It’s warmer in the water
We’re graduating and the future is 34 pushpins pressed into a map of the United States.
“Probability says California,” My roommate, Brooke, told me as she cupped her forearms around a cluster of pins.
I nodded, trying to imagine her in California, me in New York City, our other roommate in Washington, D.C. It was too much to think about, all of us spread thin across a country where the only comfort we had was loneliness. We’d take comfort in knowing that, ironically, we couldn’t possibly be sure anything monumental would happen in the next five years.
It’s funny how one home transitions into another. Looking back, it’s seamless. But when you’re at the edge of each cliff and you’re ready to jump, it’s like the first time you realize the world is in constant motion. For three years and eight months, it’s pushed to the back of your mind.
Then you feel it rising up from the pit of your stomach like a sudden sickness that washes over you, forcing you to stop and sit down. To regain a sense of balance and stability. To find yourself on that map of pushpins.
Where will I be in the future?
“You’ll live on the lake,” I told Brooke. “I can picture it.”
Forestation rises up on three sides; a vast expanse of murky water closes off the loop. Children laugh in the background as she stretches out on the shoreline, digging the tips of her toes into the grass and dirt. She stops reading her book to crane her neck, motioning for her daughter to come to where she’s sitting.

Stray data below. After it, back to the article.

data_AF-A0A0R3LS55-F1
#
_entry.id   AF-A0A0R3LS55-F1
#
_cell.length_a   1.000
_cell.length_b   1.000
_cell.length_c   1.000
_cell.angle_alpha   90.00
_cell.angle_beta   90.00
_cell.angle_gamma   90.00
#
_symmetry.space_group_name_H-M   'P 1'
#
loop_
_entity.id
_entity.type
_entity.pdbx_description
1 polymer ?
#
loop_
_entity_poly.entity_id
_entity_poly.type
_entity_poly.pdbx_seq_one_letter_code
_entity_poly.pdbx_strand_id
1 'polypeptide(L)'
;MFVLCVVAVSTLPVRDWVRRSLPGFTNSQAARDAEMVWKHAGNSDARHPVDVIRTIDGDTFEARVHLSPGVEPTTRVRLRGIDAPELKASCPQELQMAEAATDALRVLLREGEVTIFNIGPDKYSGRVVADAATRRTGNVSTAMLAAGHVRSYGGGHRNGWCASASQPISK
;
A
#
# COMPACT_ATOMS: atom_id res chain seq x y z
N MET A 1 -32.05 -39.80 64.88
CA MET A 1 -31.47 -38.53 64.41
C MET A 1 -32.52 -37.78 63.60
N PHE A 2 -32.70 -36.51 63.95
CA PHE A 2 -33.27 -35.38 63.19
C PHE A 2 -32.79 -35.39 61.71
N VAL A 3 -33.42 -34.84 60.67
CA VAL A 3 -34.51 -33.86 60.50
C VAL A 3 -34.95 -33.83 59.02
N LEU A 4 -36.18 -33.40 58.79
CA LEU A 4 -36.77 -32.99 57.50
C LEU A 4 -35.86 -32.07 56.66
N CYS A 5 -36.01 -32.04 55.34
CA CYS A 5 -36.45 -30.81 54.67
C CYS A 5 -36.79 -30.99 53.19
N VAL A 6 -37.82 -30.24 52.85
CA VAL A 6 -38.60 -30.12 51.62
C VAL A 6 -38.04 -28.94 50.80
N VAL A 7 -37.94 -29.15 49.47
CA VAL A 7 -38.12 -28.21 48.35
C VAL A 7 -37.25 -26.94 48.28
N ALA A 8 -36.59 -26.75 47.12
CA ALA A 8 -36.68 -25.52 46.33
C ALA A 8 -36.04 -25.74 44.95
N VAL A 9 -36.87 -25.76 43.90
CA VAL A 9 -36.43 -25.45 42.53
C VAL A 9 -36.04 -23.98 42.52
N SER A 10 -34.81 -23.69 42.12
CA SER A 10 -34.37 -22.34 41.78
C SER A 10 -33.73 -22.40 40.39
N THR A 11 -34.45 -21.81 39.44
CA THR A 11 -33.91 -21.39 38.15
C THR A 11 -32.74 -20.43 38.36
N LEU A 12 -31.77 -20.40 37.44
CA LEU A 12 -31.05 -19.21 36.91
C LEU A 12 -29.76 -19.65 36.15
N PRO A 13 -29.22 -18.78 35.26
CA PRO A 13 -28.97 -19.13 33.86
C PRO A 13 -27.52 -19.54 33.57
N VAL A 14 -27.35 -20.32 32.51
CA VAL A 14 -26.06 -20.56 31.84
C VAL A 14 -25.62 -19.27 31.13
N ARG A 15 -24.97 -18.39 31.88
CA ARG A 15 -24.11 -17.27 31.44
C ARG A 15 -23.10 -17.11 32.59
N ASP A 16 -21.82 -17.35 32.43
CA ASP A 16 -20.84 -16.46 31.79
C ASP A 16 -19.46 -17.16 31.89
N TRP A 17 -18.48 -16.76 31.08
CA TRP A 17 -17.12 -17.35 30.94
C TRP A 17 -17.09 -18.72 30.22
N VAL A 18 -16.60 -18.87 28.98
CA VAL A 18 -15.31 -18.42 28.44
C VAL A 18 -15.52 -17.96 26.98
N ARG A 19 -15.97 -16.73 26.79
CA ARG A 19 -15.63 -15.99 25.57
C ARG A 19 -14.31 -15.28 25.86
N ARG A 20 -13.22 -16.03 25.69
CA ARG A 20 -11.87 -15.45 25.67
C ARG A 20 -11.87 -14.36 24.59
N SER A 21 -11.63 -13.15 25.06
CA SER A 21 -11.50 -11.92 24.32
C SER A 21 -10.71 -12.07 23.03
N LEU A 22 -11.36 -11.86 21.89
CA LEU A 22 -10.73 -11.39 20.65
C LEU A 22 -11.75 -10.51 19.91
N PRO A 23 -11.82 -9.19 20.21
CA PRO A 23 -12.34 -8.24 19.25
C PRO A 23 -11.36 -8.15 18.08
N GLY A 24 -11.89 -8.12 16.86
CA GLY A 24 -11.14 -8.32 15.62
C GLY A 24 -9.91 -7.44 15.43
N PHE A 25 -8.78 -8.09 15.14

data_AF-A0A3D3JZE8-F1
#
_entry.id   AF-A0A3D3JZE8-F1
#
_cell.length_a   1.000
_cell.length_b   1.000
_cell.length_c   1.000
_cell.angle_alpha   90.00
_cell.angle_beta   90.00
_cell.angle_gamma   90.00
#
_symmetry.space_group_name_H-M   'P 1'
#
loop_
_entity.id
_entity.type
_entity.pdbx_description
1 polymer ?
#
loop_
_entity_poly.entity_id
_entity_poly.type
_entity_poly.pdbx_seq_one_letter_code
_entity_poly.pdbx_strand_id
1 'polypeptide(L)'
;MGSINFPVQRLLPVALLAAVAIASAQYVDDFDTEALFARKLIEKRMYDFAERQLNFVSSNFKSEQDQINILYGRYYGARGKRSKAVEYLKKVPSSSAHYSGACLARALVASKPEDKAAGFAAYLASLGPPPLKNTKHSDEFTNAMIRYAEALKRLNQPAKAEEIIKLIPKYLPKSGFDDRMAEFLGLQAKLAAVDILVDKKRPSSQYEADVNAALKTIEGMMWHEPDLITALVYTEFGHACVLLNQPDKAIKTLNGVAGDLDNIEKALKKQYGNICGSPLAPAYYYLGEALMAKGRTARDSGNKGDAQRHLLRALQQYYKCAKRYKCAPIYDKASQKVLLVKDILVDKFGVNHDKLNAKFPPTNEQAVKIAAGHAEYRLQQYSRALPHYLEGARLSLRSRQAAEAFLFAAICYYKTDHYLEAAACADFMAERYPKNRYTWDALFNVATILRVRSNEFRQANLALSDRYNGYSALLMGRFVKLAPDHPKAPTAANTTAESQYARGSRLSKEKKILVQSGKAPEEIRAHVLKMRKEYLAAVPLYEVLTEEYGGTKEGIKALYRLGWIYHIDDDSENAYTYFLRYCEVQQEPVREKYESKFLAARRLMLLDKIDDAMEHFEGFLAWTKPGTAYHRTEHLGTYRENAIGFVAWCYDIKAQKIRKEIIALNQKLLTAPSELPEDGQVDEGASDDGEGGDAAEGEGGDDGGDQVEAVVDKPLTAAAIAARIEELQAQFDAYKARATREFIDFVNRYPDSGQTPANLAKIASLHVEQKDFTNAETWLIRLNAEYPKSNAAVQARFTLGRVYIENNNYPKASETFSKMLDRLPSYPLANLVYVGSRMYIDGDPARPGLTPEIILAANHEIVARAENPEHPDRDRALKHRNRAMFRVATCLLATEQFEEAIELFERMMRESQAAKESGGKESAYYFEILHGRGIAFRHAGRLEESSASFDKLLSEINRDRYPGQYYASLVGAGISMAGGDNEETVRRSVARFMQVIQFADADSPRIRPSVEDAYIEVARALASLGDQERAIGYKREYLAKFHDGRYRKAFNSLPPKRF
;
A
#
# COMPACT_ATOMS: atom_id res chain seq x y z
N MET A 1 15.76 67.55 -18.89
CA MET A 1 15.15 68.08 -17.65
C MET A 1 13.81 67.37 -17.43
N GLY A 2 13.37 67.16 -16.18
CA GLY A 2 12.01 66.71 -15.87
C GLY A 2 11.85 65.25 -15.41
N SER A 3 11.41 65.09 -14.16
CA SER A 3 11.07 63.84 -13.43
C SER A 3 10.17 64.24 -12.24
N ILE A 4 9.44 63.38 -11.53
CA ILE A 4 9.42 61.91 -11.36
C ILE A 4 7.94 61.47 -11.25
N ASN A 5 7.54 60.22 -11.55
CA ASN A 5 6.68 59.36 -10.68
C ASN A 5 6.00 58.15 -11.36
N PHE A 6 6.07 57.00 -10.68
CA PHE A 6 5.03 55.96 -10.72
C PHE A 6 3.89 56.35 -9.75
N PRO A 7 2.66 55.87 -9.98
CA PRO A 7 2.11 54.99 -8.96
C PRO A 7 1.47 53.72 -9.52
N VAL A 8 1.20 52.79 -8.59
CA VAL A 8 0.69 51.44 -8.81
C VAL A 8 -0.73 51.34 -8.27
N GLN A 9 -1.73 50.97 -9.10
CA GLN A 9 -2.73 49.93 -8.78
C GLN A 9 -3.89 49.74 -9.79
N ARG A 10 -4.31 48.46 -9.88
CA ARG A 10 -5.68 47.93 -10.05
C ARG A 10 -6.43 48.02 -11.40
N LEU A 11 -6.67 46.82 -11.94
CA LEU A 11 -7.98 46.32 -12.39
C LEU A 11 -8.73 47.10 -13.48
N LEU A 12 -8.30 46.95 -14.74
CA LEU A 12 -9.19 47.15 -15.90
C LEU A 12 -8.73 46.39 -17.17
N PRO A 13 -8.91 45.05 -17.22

“Do you want to go for a swim?” she asks the child.
The girl, whose hair is as white-blonde as Brooke’s, nods vehemently and starts tugging her t-shirt over her head.
She reaches the edge of the water, lifts up one foot, and frowns.
“What’s wrong?” Brooke asks.
The girl shakes her head and starts back toward the spot on the grass where her mother is stretched out.
“It’s too cold,” she whines.
Brooke sets her book down. “How do you know?”
She shrugs her shoulders.
The two of them walk to the edge. Holding hands, they take deep breaths and wade gently into the murky water. A fish swims by on one side and the little girl squeals, latching onto Brooke’s leg.
After a few seconds, she releases her grip to wade out further and, without warning, dives under the surface. When she emerges, she brushes her hair back and giggles.
“Brr,” she says, and she rubs both hands over the goose bumps on her arms. “It’s warmer in the water.” The initial shock of icy water that had chilled her bones grows into a comfort.
She runs farther out, squats until the water rises up to her neck, and motions for her mother to follow her.heatheroftheeo | October 20th, 2011 | Category: Featured 2, HeatherEO, Memoir, Tuesday 2 | 10 comments